The cola wars have surfaced in NASCAR
It’s not the first time the Monster Energy logos have been excluded from Hendrick cars, when allowed
Mtn Dew has sponsored many NASCAR Cup Series drivers. Notably mentions include Dale Earnhardt Jr, Kasey Kahne, Darrell Waltrip and several more. Many of those drivers have gone to victory lane.
However, they haven’t parked it with Mtn Dew on the hood. Sunday’s win by Chase Elliott marked the first Mtn Dew win since Darrell Waltrip in 1982.*
In 2017, Monster Energy signed on as the primary sponsor for the NASCAR Cup Series. They are now in the second year of the new deal. It will be extended in 2019.
Since the beginning, Monster Energy has welcomed any and all sponsors into the series. For example, Mtn Dew and other beverage companies are welcomed to sponsor race cars. Monster has stated multiple times they welcome competitors if they have interest in supporting a team.
Note: By 2020, the entire entitlement sponsor program is expected to be phased out.
That welcomeness of all sponsorship supporters is a very different tone from sponsors of years past.
When Sprint/Nextel signed as the entitlement sponsor of the series in 2004, several teams lost their sponsorship. AT&T, Verizon and other telecommunication companies were phased out.
Cingular and Alltel were grandfathered in as NASCAR switched from Winston. However, in 2007, those companies went through a re-branding phase as AT&T purchased BellSouth. As a result, the grandfathered clause was revoked. The companies could not upgrade the logos on the car to support the buyout.
This resulted in a lawsuit filed by AT&T against NASCAR. The sanction reacted by filing a $100 million countersuit. U.S. District Judge Marvin Shoob ruled that the logos could be changed from Cingular Wireless to AT&T.
But, the federal appeals court lifted that ruling.
It got ugly from there. In 2007, AT&T stated that several paint schemes from years past were submitted and denied by NASCAR. They then showed up to the race track with a blank car.
NASCAR rebutted all of those claims. They stated that a paint scheme featuring the Cingular logos was approved and that is was the choice of AT&T to show up to the track with a blank RCR machine.
“When AT&T merged with Cingular, they knew what the rules were,” NASCAR spokeman Ramsey Poston said in 2007.
“They knew they could not re-brand that to AT&T. In the same way I very much doubt AT&T is going to invite Sprint/Nextel or any other competitor into their exclusive deal for the iPhone, or invite Sprint/Nextel or any other competitor to advertise at AT&T Park, the home of the San Francisco Giants. They understand exclusivity.”
In the end, those companies basically disappeared from the sport.
Cola Wars in NASCAR
None of this has been going on from the Monster Energy side of NASCAR’s newest entitlement sponsor. To the point of welcoming other beverage companies. And after they made that comment, I actually went out and bought a Monster drink.
(I still don’t like it. But, I gave it another try.)
When Chase Elliott arrives at the race track in the Sun Energy or NAPA Auto Parts machines, the Monster Energy NASCAR Cup Series sticker is shown on both the left and right side doors of the car. As you can see from the photo of the right side in the photo below.
Coca-Cola owns a 17% portion of the Monster Beverage company. The cola wars very much exist and they have reached the NASCAR level.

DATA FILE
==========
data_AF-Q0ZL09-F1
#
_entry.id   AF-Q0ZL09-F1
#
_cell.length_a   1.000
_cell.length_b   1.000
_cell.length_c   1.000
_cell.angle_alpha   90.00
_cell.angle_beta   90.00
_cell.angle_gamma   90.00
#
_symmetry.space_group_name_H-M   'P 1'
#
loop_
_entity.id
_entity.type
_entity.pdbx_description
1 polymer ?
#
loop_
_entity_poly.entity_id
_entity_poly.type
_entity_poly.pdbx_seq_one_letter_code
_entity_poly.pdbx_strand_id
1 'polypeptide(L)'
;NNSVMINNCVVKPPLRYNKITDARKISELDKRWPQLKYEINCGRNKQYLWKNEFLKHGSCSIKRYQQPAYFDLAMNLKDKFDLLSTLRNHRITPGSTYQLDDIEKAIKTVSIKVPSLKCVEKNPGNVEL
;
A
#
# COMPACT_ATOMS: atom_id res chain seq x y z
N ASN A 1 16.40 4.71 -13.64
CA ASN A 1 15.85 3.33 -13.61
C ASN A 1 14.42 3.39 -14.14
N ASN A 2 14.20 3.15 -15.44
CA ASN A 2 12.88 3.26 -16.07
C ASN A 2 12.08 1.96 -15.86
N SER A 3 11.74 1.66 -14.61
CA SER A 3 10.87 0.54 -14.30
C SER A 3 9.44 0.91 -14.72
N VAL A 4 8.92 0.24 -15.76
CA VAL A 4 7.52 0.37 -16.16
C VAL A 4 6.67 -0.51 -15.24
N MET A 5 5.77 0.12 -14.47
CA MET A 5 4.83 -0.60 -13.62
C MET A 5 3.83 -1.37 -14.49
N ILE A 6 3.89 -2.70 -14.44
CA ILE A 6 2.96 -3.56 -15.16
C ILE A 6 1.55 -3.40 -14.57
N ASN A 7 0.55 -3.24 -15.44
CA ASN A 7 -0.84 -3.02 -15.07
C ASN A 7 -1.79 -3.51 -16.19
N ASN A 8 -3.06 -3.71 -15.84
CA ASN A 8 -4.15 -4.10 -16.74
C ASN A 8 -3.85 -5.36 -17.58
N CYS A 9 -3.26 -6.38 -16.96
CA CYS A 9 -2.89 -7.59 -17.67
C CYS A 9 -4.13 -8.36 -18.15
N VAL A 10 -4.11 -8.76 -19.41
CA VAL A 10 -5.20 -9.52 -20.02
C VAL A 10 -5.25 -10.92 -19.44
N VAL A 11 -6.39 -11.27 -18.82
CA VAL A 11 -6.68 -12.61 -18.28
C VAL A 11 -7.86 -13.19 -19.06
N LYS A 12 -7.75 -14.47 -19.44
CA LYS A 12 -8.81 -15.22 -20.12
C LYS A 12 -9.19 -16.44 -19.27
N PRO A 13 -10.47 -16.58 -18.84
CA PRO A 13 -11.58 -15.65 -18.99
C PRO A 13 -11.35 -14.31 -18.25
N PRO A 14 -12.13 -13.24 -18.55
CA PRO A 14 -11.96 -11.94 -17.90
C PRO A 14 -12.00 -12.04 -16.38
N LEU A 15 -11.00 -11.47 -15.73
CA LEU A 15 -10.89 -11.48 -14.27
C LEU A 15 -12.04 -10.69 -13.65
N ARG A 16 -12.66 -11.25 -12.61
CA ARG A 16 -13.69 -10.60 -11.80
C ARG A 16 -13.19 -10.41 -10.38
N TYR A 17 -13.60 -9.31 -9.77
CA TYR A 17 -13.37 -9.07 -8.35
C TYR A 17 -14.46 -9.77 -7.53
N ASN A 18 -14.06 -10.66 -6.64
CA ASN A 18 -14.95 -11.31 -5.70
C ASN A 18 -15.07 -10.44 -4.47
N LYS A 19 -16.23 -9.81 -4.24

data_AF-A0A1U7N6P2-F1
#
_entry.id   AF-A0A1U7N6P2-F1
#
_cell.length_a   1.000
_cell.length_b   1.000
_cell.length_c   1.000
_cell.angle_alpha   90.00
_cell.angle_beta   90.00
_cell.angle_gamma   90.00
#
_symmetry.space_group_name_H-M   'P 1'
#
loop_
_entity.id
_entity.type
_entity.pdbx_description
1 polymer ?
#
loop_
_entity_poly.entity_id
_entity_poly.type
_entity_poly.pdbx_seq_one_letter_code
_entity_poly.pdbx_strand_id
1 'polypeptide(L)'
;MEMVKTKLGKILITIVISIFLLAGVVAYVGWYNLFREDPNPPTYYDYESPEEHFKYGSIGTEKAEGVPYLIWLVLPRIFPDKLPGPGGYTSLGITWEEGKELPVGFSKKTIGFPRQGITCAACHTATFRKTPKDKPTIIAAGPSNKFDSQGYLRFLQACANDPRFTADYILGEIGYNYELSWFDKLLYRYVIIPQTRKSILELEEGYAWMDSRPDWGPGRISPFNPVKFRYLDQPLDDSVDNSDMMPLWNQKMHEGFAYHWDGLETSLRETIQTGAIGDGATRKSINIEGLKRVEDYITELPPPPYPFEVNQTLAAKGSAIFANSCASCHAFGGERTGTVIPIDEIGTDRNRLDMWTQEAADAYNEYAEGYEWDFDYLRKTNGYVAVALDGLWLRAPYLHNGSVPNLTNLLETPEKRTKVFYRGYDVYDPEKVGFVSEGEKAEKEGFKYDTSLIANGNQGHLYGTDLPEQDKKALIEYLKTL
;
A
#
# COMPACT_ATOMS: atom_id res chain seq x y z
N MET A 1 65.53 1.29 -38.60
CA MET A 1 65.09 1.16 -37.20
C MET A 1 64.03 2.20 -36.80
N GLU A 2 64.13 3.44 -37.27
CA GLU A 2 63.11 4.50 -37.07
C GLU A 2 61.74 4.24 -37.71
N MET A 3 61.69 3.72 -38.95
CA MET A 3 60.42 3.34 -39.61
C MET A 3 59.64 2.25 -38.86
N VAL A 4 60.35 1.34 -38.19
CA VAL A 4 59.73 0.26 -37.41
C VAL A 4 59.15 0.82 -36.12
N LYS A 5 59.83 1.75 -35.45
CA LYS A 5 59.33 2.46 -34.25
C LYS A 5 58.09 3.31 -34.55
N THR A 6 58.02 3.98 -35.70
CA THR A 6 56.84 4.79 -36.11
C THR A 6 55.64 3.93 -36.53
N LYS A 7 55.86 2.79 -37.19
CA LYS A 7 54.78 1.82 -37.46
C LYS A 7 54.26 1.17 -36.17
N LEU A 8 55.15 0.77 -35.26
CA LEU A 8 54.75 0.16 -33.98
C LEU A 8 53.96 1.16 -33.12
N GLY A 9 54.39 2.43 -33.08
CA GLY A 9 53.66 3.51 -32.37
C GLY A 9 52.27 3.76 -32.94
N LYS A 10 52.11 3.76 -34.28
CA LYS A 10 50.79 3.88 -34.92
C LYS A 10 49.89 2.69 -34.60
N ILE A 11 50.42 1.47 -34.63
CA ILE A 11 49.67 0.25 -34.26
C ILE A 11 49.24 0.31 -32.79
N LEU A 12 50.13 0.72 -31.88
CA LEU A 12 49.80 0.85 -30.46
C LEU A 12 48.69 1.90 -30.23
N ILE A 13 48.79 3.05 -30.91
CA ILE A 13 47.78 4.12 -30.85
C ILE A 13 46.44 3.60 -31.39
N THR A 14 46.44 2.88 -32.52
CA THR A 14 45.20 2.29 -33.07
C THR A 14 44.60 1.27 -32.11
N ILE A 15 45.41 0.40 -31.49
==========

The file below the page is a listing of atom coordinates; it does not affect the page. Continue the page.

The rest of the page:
Last weekend, Chase Elliott took the Mtn Dew (Pepsi owned) ride to victory lane. It was his second win in the last three races and his third of the year. Elliott will now head to the Round of 8 in the 2018 NASCAR Playoffs.
But, Chase Elliott was missing one of the Monster Energy logos. The right side of the car, lacks the Monster Energy sticker. Meanwhile, on the left side of the car the Monster Energy logos remain.
Hendrick Motorsports and Pepsi have found a loophole in the rule book. Probably, less of a loophole and more of a mistake.
The rule book states that the Monster Energy logos must be shown on both sides of the car. The rule book also states that the Monster Energy logo must be present on the left side.
In other words, the rule book says the entitlement logo must be placed on the left side (right side excluded). Then, later says it must be on both sides.
The rule book isn’t clear on the display of the sticker. Pepsi has taken note of this and reacted accordingly with a wink.
Chase Elliott was the only car in the field missing the Monster Energy NASCAR Cup Series logo on the right side door at Kansas Speedway.
This is not the first time something similar has taken place. In 2017 and 2018, all Hendrick eight paint schemes were released without the Monster Energy NASCAR Cup Series stickers.
In regards to the paint scheme release, the door stickers were absent. In addition, the Monster Energy logos were also absent from the window sticker. The window placement logos were replaced by Chevy logos.
That’s not just the case for Chase Elliott and Dale Earnhardt Jr (Mtn Dew drivers). That has been the case for all four Hendrick Motorsports paint scheme reveals in both 2017 and 2018.
I just think it’s interesting to point that out. Kansas was far from the first time that Hendrick has excluded a Monster logo when the rule book allows it.
To be clear, Hendrick Motorsports did nothing wrong. It’s petty as hell but I don’t blame them. They’re just using every word of the rule book to their advantage. The advantage being the lack of a Monster Energy promotion on their Pepsi supported race cars.
*As pointed out by NASCAR reddit user Dubya86.